Arts in Review

On All I Need, Foxes tries to break the curse of the breakout featured artist

Instead of focusing on synthpop hits, Allen aims for All I Need to be much more raw and emotional, with the talented singer-songwriter showcasing her vocals — though she does retain some of the synthpop that put her name on the map. To aid her case, no song on All I Need has a featured artist.

Published

on

By Harvin Bhathal (Contributor) – Email

In May of 2014, Louisa Rose Allen released her debut album Glorious. While it did get some recognition, the artist better known as Foxes could not shake the label of being “that featured artist,” with her featuring on Zedd’s Grammy award-winning song “Clarity,” as well as Fall Out Boy’s “Just One Yesterday.” Two years later, it is safe to say that Allen is still trying to carve out an identity with the release of her sophomore album, All I Need.

Instead of focusing on synthpop hits, Allen aims for All I Need to be much more raw and emotional, with the talented singer-songwriter showcasing her vocals — though she does retain some of the synthpop that put her name on the map. To aid her case, no song on All I Need has a featured artist.

Throughout the entirety of the album, Allen shows how a heartbreak nearly crippled her, but rather than letting it get the best of her, she tries to chose the better path. On “Rise Up,” the voice of Allen’s niece says, “If I was a bird, I could fly far, far, far away,” followed by an instrumental that instills the emotional feeling of rising up as powerfully as a Lindsey Stirling violin piece could.

“On My Way,” “Devil Side,” and “Scar” show Allen’s love for ballads — the pain in her voice is unmistakable as Allen tries to give the listener an inside view of what she has gone through. While the rendition is not on the album, the acoustic version of “Devil Side” is especially haunting as the acoustic setting allows for the listener to feel each word as if it has its own voice.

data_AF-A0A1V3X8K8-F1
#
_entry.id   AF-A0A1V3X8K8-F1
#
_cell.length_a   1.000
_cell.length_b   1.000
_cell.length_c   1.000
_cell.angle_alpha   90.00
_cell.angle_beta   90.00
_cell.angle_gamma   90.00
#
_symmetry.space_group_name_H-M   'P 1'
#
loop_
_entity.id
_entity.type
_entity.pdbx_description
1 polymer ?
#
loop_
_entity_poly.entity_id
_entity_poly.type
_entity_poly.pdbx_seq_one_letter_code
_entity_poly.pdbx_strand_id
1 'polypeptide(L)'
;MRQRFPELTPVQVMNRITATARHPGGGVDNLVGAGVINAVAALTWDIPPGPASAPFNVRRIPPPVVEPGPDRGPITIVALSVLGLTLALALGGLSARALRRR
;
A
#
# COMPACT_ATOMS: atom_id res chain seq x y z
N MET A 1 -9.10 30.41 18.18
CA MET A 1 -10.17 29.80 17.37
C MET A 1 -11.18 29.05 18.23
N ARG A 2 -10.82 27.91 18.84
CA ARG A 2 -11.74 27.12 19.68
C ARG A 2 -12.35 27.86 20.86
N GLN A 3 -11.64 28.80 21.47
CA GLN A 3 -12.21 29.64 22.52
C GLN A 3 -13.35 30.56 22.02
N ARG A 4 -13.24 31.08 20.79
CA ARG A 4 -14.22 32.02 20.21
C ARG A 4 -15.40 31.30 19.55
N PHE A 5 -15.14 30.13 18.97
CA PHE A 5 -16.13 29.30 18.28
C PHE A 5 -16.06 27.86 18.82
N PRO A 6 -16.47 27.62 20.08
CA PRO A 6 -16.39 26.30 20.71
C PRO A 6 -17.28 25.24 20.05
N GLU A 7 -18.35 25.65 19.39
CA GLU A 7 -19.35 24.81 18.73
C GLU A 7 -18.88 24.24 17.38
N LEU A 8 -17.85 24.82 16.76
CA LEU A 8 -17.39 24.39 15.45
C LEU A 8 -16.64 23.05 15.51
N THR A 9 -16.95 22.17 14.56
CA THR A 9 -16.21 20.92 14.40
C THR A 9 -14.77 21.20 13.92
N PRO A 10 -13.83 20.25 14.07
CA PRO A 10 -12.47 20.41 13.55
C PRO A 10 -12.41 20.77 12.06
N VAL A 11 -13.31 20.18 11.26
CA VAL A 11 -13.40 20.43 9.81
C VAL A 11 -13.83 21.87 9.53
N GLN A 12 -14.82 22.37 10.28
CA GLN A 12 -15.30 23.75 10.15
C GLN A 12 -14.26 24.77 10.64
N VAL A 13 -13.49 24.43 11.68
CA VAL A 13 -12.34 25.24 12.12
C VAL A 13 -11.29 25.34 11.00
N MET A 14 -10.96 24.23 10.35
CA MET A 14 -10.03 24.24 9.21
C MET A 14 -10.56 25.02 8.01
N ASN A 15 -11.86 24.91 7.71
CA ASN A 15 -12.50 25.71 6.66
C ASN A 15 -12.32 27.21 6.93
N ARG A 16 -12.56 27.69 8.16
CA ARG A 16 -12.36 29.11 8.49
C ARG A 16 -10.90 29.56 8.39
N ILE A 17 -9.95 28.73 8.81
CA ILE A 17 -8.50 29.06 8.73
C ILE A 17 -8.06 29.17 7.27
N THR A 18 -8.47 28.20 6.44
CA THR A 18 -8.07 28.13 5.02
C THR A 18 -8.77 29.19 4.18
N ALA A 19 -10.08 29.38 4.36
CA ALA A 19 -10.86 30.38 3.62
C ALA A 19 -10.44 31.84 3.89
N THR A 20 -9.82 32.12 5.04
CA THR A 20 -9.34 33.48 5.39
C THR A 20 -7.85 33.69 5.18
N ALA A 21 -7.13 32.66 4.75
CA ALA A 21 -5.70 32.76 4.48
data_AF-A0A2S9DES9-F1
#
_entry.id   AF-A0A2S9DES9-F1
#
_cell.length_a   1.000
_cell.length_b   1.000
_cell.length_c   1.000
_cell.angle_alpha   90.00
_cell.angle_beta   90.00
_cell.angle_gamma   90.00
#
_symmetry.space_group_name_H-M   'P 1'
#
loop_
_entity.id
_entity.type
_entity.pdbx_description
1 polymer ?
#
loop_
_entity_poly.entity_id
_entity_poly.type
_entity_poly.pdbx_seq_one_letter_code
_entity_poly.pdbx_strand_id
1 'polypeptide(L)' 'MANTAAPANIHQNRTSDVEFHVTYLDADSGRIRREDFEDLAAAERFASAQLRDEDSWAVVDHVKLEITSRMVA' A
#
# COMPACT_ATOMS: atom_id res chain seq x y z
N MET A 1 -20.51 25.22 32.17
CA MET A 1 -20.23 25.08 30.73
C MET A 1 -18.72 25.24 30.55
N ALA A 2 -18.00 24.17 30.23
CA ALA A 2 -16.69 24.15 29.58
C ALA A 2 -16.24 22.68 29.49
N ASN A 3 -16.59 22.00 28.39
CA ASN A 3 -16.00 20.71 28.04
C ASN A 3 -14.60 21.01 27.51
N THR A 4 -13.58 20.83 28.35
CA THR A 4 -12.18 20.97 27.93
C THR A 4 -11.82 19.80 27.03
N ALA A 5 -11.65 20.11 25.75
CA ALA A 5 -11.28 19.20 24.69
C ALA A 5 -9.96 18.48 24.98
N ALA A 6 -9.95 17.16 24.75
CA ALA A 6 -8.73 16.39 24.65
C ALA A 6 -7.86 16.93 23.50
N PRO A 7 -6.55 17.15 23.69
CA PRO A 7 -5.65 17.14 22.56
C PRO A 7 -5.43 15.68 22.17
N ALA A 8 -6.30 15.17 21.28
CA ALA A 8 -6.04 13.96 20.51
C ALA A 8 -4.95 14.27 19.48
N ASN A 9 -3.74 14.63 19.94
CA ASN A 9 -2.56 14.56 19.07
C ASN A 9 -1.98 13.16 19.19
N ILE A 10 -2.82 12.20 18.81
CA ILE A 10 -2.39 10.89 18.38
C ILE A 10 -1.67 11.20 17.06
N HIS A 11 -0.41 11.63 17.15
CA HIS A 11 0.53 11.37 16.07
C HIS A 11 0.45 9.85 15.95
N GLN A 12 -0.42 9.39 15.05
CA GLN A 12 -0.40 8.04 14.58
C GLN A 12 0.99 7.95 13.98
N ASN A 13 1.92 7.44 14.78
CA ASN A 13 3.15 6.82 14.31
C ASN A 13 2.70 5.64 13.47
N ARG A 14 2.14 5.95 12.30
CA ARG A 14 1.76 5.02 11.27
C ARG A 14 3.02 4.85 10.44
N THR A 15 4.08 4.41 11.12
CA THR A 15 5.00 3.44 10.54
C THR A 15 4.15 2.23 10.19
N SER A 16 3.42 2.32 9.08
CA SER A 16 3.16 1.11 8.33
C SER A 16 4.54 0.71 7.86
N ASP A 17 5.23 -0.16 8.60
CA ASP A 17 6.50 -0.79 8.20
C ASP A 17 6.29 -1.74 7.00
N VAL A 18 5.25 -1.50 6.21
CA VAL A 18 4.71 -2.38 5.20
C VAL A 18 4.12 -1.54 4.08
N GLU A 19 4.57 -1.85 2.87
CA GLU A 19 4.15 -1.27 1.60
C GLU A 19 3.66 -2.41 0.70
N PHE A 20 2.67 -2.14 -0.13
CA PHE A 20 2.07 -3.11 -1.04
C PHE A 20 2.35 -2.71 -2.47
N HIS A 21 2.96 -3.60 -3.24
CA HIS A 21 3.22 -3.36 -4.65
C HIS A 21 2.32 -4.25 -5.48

While not a ballad, “If You Leave Me Now” is equally as saddening as the two songs that precede it. It is the glue of the entire album, exploring Allen’s heartbreak head-on.

Of course, though Allen makes sure to focus the album on her vocals, she also keeps the synthpop that is synonymous with her name. The best synthpop songs of the album are “Shoot Me Down,” “Wicked Love,” “and “Body Talk.”

Allen possess an ability to play her voice against the lyrics; she disguises “Shoot Me Down” as a melodious and happy song, though lyrically it is quite dark. The manner in which the song flows reminded me of “White Coats” from Glorious.

“Body Talk,” the album’s first single, is the most dance-oriented track on All I Need. The lyrics allude to how the speaker realizes she is better off without a relationship, but misses its physicality — what better way to channel frustration and sadness than dancing? The guitar riffs have the song sounding as if it were released in the ‘80s, but with a new spin courtesy of Allen’s powerful voice.

On the other hand, “Amazing” and “Lose My Cool” aren’t too meaningful — the former doesn’t feel like it belongs on the album, with an inspirational message shoved in the listener’s ears, and the latter doesn’t have much going for it either — though the two are undeniably catchy.

All I Need ends with a reprised version of “Rise Up,” beginning in the same way as the intro, with Allen’s niece reciting, “If I was a bird, I could fly far, far, far away.” “Rise Up” is essentially the credits of the album: Allen over her heartbreak, taking off as with the intro, with fantastic production behind her.

Click to comment

© 2018 The Cascade.